More than 700 people have been evacuated from two Saskatchewan First Nations due to wildfires north of Hudson Bay.
Red Earth Cree Nation and Shoal Lake Cree Nation are also calling on the province for more assistance to protect their ancestral land from the wildfires.
During a press conference on Tuesday, the chiefs of both First Nations said the SPSA had given them a helicopter tour of the area.
“We saw and witnessed that there’s nobody, absolutely nobody, no machinery, no crews, no air crafts, no air tankers,” said Shoal Lake Chief Marcel Head.
“There’s something wrong, something obviously wrong with that picture.”
Red Earth Chief Fabian Head compared the response to the forest fires earlier in the year.
“We could see the amount of resources that were available and sent there immediately,” he said.
“That’s the type of response we need for our situation as well.”
The Saskatchewan Public Service Agency has deployed fire suppression crews and helicopters to battle the wildfires.
The Government and SPSA were not immediately available for comment on the discrepancy.
On Tuesday, Red Earth Cree Nation said it evacuated more than 200 members to Regina and Saskatoon.
Shoal Lake Cree Nation evacuated approximately 580 members and residents to Prince Albert on Sept. 30.
Shoal Lake Cree Nation Chief Marcel Head says calling for the evacuation was a last resort.
“But we need to keep the health, wellness, and safety of all our people front and centre,” he said.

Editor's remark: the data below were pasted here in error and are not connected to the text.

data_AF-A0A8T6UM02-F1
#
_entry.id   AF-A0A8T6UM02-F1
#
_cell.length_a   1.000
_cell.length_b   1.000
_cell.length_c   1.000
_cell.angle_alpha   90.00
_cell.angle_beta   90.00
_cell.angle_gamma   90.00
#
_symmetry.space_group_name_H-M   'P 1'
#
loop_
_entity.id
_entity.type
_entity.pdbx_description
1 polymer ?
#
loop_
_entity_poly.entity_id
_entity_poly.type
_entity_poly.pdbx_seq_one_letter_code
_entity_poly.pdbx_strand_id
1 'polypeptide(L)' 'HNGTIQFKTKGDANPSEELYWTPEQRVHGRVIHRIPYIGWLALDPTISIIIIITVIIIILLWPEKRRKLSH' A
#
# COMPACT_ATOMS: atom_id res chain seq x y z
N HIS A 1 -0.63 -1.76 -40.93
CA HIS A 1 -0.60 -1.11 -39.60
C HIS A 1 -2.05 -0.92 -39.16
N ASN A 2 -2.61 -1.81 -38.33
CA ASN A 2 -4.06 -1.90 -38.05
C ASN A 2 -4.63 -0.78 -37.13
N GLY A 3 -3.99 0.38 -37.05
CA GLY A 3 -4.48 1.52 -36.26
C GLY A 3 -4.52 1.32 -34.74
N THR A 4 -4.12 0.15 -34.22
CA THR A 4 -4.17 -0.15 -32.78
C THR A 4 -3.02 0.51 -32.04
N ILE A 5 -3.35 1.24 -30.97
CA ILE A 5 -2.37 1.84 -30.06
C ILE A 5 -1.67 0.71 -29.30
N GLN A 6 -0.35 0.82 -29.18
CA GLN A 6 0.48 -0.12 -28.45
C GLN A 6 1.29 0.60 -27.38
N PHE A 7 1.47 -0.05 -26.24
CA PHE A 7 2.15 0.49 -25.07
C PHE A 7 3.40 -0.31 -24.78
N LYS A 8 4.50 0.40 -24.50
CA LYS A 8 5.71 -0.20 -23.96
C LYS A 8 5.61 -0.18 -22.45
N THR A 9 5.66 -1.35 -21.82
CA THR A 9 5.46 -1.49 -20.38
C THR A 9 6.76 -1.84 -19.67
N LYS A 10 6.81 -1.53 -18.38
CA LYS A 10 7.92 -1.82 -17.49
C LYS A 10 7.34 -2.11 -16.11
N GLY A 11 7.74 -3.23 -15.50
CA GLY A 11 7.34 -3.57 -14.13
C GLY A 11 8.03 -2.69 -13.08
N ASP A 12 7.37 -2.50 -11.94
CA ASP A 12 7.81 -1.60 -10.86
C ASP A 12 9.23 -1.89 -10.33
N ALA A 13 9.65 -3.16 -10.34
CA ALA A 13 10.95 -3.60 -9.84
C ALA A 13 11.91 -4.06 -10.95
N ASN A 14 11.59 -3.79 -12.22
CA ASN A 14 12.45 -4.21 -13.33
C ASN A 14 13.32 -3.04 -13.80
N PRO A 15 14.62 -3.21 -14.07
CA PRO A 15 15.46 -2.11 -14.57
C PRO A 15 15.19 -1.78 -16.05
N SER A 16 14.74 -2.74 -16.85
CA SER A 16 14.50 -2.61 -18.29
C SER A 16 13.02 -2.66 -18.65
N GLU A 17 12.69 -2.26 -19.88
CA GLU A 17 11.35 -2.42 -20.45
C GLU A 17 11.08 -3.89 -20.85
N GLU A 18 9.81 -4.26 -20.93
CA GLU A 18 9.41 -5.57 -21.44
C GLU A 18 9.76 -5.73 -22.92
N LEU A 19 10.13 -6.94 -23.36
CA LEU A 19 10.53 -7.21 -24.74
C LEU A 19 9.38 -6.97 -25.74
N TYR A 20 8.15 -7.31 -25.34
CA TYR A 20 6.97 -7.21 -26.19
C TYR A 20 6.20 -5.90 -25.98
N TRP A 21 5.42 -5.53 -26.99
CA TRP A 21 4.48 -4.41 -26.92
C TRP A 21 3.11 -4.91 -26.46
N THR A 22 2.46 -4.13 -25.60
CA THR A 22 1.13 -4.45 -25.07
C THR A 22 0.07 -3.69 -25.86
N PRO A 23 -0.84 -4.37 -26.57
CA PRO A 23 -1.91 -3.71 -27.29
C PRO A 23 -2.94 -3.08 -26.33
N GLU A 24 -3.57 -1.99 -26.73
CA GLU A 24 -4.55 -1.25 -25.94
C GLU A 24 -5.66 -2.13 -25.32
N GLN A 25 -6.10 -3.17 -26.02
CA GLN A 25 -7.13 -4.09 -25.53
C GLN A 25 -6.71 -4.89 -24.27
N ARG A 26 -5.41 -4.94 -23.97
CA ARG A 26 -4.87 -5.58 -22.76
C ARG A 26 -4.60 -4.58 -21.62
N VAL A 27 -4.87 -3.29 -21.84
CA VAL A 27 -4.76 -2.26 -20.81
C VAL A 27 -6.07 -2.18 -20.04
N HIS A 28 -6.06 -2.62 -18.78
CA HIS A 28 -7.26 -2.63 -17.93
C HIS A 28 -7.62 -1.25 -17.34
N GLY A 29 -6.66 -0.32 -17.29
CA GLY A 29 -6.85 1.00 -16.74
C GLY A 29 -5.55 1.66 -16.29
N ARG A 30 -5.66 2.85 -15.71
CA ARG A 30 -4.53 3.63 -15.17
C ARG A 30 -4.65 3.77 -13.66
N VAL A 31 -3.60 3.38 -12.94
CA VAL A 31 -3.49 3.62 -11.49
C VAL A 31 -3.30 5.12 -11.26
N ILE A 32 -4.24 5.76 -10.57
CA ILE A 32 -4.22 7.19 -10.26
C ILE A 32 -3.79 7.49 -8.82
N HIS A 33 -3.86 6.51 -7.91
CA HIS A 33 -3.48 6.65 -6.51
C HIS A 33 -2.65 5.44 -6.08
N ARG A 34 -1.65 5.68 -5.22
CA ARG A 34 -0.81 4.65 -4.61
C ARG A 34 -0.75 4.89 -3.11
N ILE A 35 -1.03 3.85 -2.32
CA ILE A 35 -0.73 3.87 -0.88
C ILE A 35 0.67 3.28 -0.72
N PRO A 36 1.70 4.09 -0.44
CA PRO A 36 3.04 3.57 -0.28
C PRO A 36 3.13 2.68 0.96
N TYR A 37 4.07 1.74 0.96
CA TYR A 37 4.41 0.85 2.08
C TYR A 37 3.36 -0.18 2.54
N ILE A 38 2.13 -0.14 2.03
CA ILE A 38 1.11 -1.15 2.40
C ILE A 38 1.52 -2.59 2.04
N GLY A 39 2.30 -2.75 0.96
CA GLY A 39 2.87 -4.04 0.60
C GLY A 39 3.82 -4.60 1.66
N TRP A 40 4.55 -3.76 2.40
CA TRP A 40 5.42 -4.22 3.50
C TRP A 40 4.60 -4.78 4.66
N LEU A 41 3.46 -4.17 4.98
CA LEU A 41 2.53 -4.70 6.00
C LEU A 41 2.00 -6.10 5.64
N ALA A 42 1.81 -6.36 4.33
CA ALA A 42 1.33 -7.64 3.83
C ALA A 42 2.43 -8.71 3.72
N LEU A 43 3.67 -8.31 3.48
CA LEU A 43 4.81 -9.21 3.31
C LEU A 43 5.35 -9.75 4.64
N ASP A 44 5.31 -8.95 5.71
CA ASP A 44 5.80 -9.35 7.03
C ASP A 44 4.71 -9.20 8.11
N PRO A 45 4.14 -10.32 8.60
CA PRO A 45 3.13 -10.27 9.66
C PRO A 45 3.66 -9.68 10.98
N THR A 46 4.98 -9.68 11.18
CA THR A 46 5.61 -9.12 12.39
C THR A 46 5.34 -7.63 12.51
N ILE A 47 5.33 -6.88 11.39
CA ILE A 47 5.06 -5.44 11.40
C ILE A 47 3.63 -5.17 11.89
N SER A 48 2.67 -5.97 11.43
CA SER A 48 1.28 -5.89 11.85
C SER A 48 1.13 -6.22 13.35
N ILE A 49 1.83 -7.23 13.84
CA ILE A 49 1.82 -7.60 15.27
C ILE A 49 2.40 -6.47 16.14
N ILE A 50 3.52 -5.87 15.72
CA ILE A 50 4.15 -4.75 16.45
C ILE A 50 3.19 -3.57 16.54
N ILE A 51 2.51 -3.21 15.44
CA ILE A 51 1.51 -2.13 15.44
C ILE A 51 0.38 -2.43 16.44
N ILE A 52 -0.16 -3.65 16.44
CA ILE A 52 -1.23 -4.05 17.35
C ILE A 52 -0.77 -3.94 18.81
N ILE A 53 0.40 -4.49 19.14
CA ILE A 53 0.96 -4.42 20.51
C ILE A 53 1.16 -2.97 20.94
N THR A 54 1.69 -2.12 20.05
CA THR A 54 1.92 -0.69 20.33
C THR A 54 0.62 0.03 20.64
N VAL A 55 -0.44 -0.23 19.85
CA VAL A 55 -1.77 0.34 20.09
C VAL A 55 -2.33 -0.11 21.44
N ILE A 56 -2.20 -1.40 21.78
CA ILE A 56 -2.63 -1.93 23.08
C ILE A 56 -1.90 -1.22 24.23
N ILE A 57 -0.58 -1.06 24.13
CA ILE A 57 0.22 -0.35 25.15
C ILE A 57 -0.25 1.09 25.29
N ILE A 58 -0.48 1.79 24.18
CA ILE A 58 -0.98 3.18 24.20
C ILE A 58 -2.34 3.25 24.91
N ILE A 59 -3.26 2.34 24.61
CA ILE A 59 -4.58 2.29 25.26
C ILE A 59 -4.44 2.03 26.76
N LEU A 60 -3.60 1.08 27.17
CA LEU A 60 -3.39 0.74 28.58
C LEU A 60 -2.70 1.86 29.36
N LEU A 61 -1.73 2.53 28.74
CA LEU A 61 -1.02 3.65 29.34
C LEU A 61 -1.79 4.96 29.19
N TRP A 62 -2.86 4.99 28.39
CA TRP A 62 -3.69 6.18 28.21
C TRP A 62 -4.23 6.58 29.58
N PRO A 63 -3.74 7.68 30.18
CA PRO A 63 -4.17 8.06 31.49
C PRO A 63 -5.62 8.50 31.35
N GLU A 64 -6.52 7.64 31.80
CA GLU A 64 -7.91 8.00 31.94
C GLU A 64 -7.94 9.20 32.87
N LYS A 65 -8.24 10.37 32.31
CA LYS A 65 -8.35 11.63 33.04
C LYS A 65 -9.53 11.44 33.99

“For the second time this summer, we are doing all that we possibly can to assure our people, and to give them some measure of comfort in a stressful situation.”
Both Chiefs said members found the evacuation distressing.
“It really disrupts the family, (the) connectedness, in the community,” Chief Marcel Head said.
Chief Fabian Head said being forced to leave triggered residential school trauma in some elders.
As of Tuesday morning, 13 wildfires were burning in Saskatchewan, eight north of Hudson Bay.
Chief Marcel Head said the fires pose a threat to their ancestral lands and resources and their economies depend on a healthy land base.
“We are communities that follow the Cree way of life and we continue to be based on a hunter-gatherer-based economy,” he said.
“If the province does not put more resources into fighting the wildfires, our communities will suffer from its impacts for years to come.”
Both Shoal Lake and Red Earth leaders have mobilized response and support measures to fight the wildfires and to secure homes, property and assets in the communities.
Prince Albert Grand Council’s Saskatchewan First Nations Emergency Management, the Canadian Red Cross, along with the federal and provincial emergency response measures agencies and city municipal support systems, are providing support to the evacuees.
Chief Marcel Head urged the government to “get your act together.”
“Put the resources in place and deploy the necessary supports that we do need to put out these fires,” he said.
“If there are any resources out there that we can utilize, we’ll put out the fire ourselves if it comes to that.”
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